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Eggs, exactly when you want them

December 2012
Elan Simckes, MD
Elan Simckes, MD

Elan Simckes, MD,
Medical Director of
the Fertility Partnership

It seems that everything in our world is changing. It is a sunny day, the temperature outside is 80°F in December in America's heartland, a nine-year-old girl is visiting the doctor because she is developing breasts, and I had a meeting with a 54-year-old woman who wants to have a child. It seems that the physical world and the biological world are transforming almost before our eyes. Over the last hundred years we have seen the life expectancy of a woman double, going from 40 years to over 80 years. As a result our society is changing. Our young girls grow up and dream of having "it all": an education, a satisfying career, and a family exactly when they are ready. Unfortunately some things don't change quite as quickly.

The reality is that a newborn female is born with approximately 2,000,000 oocytes or immature eggs. The moment she is born, the eggs begin to die slowly, and by the time she reaches puberty, she is down to approximately 400,000 primordial eggs. During a woman's early fertile years it is believed that these eggs begin to wake up in groups of about 800 to 1000 eggs at a time and start a 60 to 70 day journey which will end with only one or two of these eggs reaching maturity - the second stage of division/meiosis where they are ready to be fertilized. Once the eggs "wake up" they start to die off even faster, to allow for the selection of the "winning egg".

A woman's egg supply dwindles predictably over the years... so that by the time a woman reaches age 30, there is roughly a 10% chance that she would fall into the category of "diminished ovarian reserve", and a 25% chance that her egg supply would be in deep trouble by age 35. Experts believe that no more than 20 or 30% of women will be able to conceive a child on their own after age 40, no matter how successful she's been in the past at doing so. There are many days where I think to myself, after I met a young couple who are dealing with a significantly low egg supply, that my reproductive medicine colleagues and I are derelict in our duties. We should have road signs put up, the way the American Cancer Society does begging people to stop smoking. Our signs should read "get pregnant before you're 30". My colleagues and I would be thrown into Political Correctness Prison.

Well, science and medicine are fighting back. Today we can identify women who have a low egg reserve using a variety of tests. At my program, the Fertility Partnership, it is called the Fertility Profile. Basically it is an opportunity for a 30-year-old woman to check and see what is the likelihood that she will have an issue in the near future.

In October 2012, the American Society of Reproductive Medicine (ASRM) announced that they had reviewed all the literature and have deemed the freezing of human eggs to be safe and just as effective as freezing human embryos. Oocyte freezing is no longer considered "experimental". Advances such as "vitrification", a technique where the eggs are frozen very quickly as opposed to a slow process, have dramatically improved the science of freezing and thawing human eggs. The change in the status of oocyte freezing from experimental to routine now opens the way to any and all fertility programs to offer a woman the opportunity to freeze her eggs when she is young so that she may have them when she wants them.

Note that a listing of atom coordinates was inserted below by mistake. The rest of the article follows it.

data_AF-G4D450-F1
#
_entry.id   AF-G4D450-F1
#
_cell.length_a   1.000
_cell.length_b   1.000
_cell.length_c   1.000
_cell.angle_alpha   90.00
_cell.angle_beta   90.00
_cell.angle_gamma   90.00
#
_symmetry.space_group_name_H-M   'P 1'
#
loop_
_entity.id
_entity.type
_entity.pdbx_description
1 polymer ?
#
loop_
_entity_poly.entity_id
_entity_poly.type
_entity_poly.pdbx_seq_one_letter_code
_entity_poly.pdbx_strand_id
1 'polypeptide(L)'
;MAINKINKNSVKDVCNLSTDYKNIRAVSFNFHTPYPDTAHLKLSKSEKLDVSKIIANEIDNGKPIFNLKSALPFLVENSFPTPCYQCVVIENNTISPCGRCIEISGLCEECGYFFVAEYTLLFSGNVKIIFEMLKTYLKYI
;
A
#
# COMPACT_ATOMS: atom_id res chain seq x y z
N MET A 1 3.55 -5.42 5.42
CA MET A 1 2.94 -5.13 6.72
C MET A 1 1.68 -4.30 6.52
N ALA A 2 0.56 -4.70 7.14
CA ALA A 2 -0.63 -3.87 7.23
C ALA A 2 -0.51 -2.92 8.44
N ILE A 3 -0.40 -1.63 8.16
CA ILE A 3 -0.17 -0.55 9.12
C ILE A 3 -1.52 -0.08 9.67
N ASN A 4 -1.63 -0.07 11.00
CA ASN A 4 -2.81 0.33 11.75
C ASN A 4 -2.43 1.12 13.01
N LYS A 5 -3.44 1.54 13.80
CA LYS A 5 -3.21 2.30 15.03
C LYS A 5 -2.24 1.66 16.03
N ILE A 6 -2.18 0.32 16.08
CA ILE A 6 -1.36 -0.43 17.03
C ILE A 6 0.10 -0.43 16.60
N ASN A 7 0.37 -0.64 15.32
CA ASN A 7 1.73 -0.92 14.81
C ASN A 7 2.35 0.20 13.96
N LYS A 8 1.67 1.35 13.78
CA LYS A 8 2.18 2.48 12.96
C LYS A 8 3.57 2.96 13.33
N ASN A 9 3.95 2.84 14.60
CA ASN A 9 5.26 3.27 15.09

Imagine a 30-something year old woman who is working on completing her PhD, or climbing the corporate ladder, or just still searching for "Mr. Right". She can reliably store some of her eggs now so that she can start her family later when the time is right. Think of all the pressure that is now removed from that person. I have spoken to so many women that seem to be gnawed away by the desperation that their biological clock has ticked away too long. Our technology is catching up to our changing society. But this is only the beginning. There are many more advances coming.

David Elan Simckes, M.D., is founder and Medical Director of the Fertility Partnership in Saint Peters, Missouri. Dr. Simckes is board certified in obstetrics and gynecology and has more than 20 years of experience helping families grow. Dr. Simckes has long had a special interest in helping women battle infertility. While managing his highly successful OB/GYN practice in St. Louis, Dr. Simckes also honed his infertility care knowledge and skills through ten years of work at the Infertility Center of St. Louis and then with the Sher Institute of Reproductive Medicine. Beyond his direct patient care, Dr. Simckes also is passionate about sharing his experience and knowledge with the next generation of health professionals at hospitals throughout the St. Louis area. He has been a member of the American Congress of Obstetricians and Gynecologists (ACOG), the American Society for Reproductive Medicine (ASRM), and the American Association of Gynecological Laparoscopists (AAGL). Dr. Simckes and his wife Andria are both very active in community service in the greater St. Louis area.